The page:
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It's Time to Add Native Plants to Your Garden

Patch columnist Julie Bloss Kelsey shares her experiences learning about native Maryland plants.

Every year when I plan my flower garden, I vow to add native plants.  And every year, I wind up with a shopping cart stacked full of the cheapest, gaudiest plants that the home improvement store has to offer. 

This year, I decided, things would be different.

I spoke with Denise Gibbs, park naturalist at Black Hill Regional Park in Boyds, and asked her about the benefits of going native.

"Native plants are adapted to our soils and our climate so they often perform better than cultivated varieties," said Gibbs.  She added that native plants are better for the environment because they provide habitat and food for local wildlife. Planting native species is a way for people to put something back into their neighborhoods to make up for habitat loss due to road construction and housing, said Gibbs.  

I asked what species would be good for a native plant newbie.  Are there any plants native to Maryland that thrive on full sun and neglect? 

"Any of the Monardas [bee balms] are very easy to grow," said Gibbs.  “I don’t know of anyone who's ever killed one."

I added bee balm to my list.  Next, I jotted down milkweed and coneflowers, since Gibbs said they are favorites of butterflies.

I packed up my three kids and my list of native plants and headed down to Behnke Nurseries in Potomac.  My friends at The Natural Capital suggested this retail location for purchasing native plants when I enquired last year. Despite my best intentions, this was my first visit.

My kids and I walked to the outdoor section of Behnkes.  We were overwhelmed by a floral rainbow, with plants organized alphabetically by their Latin names.  I had no idea where to start.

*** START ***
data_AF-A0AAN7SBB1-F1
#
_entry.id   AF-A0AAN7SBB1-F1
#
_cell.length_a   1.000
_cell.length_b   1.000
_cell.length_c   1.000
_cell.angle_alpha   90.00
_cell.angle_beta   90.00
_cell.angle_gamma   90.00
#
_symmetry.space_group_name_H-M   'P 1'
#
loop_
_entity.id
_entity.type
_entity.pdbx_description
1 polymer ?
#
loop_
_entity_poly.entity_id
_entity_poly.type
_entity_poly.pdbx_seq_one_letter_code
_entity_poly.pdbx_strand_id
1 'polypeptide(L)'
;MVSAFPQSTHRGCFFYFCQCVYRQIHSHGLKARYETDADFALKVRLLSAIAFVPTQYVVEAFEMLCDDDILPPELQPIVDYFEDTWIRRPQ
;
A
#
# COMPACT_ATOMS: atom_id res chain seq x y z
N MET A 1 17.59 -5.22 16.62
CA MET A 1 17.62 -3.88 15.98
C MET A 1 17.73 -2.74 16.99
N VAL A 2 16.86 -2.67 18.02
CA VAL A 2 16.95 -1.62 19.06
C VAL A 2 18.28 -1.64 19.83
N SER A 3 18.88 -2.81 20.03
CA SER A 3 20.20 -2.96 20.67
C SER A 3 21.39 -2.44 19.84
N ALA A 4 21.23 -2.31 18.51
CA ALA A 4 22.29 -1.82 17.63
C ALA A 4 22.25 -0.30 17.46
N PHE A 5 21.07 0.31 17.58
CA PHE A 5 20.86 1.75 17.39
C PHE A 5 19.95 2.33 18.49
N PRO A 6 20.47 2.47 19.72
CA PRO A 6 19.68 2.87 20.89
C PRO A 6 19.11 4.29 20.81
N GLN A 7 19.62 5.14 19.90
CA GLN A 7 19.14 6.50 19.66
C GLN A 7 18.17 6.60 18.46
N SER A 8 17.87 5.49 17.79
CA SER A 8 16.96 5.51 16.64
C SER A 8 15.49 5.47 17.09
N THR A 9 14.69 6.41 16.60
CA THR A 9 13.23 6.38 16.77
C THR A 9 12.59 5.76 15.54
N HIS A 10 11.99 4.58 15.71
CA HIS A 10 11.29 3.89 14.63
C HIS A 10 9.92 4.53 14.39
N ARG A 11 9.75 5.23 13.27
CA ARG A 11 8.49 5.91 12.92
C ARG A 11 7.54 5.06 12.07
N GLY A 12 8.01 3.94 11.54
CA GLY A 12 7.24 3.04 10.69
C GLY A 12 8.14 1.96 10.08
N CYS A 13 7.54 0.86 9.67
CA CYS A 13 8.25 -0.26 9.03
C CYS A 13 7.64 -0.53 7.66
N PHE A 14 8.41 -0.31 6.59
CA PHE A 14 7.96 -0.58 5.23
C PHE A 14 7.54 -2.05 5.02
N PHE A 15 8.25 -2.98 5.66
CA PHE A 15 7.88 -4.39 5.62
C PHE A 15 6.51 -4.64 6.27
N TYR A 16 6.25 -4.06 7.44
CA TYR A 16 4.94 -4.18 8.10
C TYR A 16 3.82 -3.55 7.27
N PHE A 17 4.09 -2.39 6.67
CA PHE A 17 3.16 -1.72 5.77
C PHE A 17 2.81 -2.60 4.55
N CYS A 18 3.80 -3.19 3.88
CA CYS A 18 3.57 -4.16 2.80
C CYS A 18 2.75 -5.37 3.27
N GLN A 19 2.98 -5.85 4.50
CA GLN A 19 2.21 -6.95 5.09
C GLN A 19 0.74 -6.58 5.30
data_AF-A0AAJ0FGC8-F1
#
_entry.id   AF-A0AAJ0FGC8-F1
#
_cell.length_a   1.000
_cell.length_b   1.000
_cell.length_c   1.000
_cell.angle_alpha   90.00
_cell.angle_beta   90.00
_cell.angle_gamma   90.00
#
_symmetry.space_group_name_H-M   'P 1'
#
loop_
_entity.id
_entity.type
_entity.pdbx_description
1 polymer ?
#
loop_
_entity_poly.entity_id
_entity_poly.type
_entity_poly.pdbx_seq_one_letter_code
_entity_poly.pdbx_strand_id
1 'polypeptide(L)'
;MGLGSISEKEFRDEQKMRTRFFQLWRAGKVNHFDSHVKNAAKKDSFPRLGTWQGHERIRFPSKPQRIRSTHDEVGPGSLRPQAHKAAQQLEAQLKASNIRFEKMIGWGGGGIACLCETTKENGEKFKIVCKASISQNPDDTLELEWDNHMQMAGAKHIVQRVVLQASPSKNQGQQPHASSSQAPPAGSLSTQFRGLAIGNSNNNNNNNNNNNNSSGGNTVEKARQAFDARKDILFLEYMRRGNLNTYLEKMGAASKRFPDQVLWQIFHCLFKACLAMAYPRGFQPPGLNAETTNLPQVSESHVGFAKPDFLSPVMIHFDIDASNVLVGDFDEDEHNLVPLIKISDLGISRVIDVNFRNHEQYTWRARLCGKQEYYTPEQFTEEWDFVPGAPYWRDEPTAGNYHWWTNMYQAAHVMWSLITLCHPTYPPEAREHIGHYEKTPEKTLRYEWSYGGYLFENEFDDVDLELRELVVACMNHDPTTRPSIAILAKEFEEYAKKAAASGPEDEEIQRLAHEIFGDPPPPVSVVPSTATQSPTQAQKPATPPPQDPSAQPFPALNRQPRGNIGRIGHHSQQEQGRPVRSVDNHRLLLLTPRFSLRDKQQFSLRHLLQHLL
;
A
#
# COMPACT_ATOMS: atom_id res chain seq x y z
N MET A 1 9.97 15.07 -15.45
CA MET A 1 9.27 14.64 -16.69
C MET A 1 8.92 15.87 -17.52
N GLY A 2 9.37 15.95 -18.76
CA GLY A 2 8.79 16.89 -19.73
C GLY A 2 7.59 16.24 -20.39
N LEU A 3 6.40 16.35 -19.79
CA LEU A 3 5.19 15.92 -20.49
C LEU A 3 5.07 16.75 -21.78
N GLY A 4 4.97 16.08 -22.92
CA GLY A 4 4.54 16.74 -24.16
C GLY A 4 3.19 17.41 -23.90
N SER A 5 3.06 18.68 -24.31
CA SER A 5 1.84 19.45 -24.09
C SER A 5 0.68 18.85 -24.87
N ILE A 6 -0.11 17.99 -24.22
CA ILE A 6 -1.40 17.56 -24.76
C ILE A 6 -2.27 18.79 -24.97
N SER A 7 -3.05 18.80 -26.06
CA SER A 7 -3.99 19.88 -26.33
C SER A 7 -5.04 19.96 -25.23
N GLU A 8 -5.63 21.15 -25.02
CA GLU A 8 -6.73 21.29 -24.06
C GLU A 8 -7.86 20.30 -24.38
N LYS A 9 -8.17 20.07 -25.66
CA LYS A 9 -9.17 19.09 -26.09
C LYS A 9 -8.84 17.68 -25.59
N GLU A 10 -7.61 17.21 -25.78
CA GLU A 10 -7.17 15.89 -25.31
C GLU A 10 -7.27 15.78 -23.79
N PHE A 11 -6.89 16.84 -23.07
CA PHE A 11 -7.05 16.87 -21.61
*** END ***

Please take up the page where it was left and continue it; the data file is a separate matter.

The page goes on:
Fortunately, Orion Taylor, department manager for outdoor plants, led me to of indigenous species, which includes plants native to Maryland, Virginia, Washington, D.C., and the piedmont area of Pennsylvania. 

I asked Taylor to point me toward something easy to grow.

"I would recommend the native azaleas," Taylor said.  "Swamp azaleas are very easy to grow if you have some shade ... Clethra is very popular.  Another easy to grow plant --- if you're looking for an evergreen --- would be something called Shamrock Inkberry [holly]."

In the end, due to our garden's lack of space and my preference for bright shiny things, we took home two Eastern purple coneflower plants and five phlox of varying varieties.  I spent more money than I had intended, but these perennials should add some life and vibrancy to my garden.  We even wound up taking home a ladybug!

I'm excited to see how my new plants fare.  As Maryland natives, they've tolerated all of this rain quite well.  But frankly, I couldn't afford to go 100-percent native this year.  And I miss my petunias.  I suspect that I will be back at the home improvement store soon, picking up some slightly bruised flowers at half-price to round out my garden.

Want to add some Maryland natives to your yard?  Here are two native plant sales happening today in our area.  Be sure to arrive early for the best selection:

Betsy Franz April 30, 2011 at 12:29 PM
I think you and your readers would like this new list of native DROUGHT tolerant plants that I found on the Metro DC Lawn and Garden blog. http://www.metro-dc-lawn-garden-blog.com/2011/04/29/benefits/

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